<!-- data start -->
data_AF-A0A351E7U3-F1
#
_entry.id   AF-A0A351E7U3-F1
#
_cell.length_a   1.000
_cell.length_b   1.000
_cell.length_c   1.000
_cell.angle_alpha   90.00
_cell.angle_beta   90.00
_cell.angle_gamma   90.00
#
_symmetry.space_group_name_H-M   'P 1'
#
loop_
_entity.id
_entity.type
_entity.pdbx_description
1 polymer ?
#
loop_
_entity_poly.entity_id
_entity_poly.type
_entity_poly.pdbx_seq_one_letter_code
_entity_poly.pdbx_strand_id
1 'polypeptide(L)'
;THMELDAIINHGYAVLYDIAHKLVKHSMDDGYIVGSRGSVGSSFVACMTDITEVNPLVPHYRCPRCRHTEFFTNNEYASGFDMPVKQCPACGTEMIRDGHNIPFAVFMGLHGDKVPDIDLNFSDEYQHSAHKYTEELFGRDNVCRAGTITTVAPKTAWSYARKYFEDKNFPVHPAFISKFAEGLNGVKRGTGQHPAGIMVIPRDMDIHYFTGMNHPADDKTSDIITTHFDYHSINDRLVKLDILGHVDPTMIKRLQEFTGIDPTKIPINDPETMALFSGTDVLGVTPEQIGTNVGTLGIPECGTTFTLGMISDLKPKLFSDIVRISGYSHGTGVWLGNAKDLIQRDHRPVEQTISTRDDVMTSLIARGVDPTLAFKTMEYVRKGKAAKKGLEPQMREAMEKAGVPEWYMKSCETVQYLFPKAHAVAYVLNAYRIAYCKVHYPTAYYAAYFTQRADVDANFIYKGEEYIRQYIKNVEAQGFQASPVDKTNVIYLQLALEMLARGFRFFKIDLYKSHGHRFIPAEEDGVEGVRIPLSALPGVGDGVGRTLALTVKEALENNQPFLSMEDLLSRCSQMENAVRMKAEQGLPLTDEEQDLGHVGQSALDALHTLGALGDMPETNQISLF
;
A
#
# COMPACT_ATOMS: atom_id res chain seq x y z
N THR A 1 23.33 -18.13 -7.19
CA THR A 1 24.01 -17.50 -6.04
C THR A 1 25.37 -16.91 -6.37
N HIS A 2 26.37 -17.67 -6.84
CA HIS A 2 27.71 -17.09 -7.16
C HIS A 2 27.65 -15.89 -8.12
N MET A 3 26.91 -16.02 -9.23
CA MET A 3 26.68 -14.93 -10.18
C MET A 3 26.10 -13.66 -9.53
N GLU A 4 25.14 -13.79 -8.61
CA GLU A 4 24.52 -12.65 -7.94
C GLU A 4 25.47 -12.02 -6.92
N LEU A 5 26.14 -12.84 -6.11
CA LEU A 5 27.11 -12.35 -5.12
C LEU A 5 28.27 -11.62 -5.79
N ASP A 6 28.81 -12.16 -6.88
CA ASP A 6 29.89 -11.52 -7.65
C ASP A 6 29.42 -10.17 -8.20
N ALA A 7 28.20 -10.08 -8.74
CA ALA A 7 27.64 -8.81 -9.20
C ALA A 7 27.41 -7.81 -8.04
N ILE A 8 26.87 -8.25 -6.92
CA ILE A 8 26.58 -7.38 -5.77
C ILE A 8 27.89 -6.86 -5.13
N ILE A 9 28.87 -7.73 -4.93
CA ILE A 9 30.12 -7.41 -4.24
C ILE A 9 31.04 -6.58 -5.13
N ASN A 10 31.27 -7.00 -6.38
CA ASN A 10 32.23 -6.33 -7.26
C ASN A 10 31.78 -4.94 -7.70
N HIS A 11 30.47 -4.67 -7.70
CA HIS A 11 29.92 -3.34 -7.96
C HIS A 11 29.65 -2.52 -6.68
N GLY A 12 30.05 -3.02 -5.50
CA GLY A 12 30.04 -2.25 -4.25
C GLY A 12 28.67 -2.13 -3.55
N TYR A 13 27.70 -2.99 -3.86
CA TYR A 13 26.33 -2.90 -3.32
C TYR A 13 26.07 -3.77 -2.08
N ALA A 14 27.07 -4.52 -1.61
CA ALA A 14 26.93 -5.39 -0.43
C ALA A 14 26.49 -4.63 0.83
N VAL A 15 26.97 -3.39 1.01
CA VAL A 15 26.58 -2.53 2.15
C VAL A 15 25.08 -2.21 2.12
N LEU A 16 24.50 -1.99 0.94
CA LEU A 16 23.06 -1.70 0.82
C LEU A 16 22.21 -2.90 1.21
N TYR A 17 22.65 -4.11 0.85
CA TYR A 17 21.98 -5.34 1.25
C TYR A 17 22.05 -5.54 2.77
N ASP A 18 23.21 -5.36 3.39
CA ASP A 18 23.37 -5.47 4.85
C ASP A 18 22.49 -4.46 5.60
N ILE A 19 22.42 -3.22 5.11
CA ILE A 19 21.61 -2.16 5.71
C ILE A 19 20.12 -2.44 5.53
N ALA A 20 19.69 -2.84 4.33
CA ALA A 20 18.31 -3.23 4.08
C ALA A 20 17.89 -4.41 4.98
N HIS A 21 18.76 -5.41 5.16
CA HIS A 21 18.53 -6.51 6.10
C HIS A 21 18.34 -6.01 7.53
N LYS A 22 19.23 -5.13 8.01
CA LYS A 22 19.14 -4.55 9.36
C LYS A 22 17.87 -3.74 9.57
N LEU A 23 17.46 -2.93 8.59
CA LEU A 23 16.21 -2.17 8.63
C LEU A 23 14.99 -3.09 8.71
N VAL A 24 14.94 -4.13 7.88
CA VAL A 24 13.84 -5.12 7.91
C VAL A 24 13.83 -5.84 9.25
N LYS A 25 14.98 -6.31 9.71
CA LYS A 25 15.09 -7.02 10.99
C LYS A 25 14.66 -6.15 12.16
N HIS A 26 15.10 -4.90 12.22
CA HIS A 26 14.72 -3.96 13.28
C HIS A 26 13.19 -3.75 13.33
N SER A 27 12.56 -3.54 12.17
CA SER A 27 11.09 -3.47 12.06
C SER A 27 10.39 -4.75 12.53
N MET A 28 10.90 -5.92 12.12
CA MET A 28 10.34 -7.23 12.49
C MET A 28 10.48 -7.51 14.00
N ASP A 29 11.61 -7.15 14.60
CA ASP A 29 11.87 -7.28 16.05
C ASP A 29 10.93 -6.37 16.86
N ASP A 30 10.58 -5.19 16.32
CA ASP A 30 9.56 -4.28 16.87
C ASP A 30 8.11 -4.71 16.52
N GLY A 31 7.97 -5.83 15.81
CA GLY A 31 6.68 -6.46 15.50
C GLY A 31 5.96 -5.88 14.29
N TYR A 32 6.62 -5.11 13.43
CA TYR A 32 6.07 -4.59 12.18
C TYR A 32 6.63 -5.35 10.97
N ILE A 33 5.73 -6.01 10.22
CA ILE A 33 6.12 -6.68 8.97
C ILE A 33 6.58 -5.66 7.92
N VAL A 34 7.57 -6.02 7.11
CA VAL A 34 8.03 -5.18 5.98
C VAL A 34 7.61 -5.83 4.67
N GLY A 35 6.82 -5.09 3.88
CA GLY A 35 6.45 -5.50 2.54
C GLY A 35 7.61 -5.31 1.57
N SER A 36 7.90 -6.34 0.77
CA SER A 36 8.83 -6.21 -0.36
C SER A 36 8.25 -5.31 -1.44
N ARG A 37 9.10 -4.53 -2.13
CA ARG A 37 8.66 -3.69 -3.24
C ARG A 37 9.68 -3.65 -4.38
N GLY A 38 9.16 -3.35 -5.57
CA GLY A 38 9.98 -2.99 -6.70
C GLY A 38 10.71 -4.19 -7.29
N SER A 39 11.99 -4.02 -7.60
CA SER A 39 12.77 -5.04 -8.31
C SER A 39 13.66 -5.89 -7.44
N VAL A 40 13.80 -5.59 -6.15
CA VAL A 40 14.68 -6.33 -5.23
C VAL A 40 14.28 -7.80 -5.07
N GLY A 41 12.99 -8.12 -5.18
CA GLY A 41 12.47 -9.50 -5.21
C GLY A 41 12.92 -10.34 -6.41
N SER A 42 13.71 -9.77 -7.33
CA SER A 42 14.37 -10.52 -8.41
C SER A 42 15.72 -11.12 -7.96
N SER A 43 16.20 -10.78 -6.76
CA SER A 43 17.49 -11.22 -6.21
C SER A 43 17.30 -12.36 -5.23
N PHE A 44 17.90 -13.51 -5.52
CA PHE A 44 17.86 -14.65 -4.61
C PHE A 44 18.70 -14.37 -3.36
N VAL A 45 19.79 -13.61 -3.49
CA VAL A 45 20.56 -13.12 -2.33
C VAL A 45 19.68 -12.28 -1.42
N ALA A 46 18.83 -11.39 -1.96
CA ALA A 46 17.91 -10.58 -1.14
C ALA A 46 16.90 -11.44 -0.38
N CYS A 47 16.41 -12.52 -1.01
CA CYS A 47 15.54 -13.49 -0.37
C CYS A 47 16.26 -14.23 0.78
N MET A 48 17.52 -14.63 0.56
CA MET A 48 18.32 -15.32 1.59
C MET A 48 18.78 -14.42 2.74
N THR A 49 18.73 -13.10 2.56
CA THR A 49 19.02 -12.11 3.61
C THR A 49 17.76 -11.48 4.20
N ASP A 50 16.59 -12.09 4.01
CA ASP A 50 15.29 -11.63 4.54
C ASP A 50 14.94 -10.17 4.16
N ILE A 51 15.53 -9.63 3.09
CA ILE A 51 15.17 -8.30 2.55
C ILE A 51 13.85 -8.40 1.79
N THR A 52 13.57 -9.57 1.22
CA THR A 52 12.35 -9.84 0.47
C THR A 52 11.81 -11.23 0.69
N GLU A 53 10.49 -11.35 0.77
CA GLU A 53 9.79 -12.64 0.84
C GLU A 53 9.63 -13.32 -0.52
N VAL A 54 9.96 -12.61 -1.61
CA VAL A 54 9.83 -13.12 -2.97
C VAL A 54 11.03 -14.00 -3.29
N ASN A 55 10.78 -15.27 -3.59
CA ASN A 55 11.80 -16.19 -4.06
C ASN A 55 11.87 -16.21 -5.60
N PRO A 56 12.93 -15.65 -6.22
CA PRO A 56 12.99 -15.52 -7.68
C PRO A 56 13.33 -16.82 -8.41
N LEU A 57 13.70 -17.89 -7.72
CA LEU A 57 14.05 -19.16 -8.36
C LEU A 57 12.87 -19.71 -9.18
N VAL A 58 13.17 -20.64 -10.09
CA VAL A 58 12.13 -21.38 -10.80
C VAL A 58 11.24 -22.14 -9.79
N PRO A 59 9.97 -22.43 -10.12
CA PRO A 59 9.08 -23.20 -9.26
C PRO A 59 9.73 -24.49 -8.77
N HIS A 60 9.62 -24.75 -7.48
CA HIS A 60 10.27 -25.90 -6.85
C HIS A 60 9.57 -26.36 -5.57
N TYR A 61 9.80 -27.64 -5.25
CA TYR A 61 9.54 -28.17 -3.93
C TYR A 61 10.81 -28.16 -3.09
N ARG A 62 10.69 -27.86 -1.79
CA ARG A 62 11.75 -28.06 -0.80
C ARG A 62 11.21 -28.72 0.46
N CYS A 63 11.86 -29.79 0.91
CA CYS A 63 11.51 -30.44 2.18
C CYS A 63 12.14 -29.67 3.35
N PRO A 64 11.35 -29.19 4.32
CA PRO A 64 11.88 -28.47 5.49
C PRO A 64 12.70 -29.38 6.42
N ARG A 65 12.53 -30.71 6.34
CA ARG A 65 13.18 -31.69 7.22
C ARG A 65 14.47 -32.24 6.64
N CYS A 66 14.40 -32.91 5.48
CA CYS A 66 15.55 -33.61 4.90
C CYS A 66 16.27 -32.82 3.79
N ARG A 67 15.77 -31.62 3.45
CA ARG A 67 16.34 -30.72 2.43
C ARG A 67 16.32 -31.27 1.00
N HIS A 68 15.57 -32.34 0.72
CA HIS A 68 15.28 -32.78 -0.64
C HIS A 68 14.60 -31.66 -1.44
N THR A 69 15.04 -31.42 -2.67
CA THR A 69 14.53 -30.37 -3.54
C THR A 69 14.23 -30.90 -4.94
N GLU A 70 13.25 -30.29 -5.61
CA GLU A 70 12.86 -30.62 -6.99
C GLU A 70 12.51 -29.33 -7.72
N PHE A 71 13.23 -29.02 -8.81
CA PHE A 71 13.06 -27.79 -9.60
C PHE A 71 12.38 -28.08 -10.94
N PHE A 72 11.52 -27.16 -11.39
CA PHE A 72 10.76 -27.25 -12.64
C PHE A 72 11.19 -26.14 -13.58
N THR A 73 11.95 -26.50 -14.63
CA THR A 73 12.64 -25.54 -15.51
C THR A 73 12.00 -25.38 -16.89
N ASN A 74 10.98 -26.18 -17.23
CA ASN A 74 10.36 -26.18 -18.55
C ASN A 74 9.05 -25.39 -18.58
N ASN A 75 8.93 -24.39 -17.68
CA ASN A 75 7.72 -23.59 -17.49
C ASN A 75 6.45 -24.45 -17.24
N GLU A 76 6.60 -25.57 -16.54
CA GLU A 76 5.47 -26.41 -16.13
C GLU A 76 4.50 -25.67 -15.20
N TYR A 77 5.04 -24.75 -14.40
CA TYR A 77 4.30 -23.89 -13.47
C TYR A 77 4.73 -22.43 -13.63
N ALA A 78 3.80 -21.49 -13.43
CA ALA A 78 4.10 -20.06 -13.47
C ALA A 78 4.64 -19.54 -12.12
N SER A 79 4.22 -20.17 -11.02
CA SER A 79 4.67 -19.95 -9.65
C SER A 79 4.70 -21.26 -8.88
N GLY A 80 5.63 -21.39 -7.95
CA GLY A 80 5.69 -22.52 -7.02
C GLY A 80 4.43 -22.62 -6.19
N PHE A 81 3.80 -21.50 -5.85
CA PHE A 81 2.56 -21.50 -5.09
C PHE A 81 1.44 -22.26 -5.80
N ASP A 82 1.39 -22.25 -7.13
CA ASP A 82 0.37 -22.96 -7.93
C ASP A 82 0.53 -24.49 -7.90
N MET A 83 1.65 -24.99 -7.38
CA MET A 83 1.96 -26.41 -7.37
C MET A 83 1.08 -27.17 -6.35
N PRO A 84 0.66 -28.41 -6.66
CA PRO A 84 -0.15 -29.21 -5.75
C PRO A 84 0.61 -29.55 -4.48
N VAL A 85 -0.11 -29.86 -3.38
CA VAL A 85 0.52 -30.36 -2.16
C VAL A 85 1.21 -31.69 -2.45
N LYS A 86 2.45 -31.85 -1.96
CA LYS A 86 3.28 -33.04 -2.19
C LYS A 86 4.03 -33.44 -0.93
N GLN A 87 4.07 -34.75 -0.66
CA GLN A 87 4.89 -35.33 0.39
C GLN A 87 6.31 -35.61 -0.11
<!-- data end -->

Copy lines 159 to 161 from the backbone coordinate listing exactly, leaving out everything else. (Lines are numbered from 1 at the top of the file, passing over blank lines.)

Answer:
C SER A 43 17.30 -12.36 -5.23
N PHE A 44 17.90 -13.51 -5.52
CA PHE A 44 17.86 -14.65 -4.61